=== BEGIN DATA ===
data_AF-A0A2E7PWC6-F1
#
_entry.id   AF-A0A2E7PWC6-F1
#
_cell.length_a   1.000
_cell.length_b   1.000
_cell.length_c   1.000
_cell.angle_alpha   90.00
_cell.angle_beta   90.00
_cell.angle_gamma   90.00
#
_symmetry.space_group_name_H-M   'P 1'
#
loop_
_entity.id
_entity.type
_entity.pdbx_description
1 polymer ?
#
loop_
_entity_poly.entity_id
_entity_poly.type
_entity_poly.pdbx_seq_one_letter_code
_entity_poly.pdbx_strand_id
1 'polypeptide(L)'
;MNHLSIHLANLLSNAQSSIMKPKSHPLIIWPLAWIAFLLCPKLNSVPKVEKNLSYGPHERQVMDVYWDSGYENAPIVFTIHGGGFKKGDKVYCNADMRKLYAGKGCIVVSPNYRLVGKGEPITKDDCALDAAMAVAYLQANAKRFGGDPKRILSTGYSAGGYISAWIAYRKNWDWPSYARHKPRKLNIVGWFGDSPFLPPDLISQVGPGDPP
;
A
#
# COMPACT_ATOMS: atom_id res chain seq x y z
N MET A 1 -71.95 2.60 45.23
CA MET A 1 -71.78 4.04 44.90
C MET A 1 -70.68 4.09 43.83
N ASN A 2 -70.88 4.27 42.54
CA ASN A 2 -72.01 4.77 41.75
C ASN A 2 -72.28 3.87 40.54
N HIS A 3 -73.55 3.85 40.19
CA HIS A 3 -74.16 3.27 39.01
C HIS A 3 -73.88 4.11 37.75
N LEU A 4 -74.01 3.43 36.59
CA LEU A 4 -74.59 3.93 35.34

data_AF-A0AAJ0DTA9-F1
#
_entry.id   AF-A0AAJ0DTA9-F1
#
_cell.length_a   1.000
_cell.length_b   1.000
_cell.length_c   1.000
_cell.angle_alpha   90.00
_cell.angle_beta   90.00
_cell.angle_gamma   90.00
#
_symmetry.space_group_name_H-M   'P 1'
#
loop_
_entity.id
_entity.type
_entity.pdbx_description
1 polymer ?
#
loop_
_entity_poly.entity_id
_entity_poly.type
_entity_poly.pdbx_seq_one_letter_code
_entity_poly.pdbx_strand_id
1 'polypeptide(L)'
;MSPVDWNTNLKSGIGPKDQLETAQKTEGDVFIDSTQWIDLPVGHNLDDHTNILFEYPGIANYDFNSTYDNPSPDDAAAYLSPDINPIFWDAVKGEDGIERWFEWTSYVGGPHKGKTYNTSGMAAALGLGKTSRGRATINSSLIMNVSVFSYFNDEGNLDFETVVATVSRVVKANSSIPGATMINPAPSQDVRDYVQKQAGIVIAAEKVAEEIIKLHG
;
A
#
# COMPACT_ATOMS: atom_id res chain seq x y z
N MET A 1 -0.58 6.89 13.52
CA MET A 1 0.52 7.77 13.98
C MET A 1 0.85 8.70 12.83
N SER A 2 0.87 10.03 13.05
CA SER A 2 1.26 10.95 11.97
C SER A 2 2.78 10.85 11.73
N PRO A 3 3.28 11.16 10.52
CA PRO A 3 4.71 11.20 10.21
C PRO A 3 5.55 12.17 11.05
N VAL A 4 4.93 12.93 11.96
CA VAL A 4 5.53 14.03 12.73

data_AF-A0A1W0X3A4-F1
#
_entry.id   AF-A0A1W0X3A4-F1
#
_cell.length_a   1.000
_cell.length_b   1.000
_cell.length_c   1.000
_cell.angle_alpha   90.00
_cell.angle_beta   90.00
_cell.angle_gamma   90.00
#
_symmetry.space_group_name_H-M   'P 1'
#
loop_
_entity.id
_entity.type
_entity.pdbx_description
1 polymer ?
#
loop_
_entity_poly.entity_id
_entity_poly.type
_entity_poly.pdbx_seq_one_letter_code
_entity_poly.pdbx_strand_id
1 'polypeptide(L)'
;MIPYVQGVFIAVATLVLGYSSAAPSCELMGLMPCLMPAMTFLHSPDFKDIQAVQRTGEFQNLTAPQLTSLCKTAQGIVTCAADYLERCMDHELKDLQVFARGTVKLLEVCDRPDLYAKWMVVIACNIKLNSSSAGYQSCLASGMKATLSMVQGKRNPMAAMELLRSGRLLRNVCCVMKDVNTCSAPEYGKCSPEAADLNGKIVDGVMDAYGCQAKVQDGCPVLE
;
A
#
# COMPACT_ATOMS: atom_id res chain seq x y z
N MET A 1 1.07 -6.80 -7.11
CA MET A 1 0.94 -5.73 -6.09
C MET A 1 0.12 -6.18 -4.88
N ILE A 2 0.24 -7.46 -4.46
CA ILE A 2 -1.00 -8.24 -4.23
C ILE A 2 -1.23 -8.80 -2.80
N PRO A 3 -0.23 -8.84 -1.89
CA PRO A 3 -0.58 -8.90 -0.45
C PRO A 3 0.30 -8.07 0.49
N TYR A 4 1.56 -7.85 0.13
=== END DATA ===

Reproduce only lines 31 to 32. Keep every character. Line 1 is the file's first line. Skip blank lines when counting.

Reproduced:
N MET A 1 -71.95 2.60 45.23
CA MET A 1 -71.78 4.04 44.90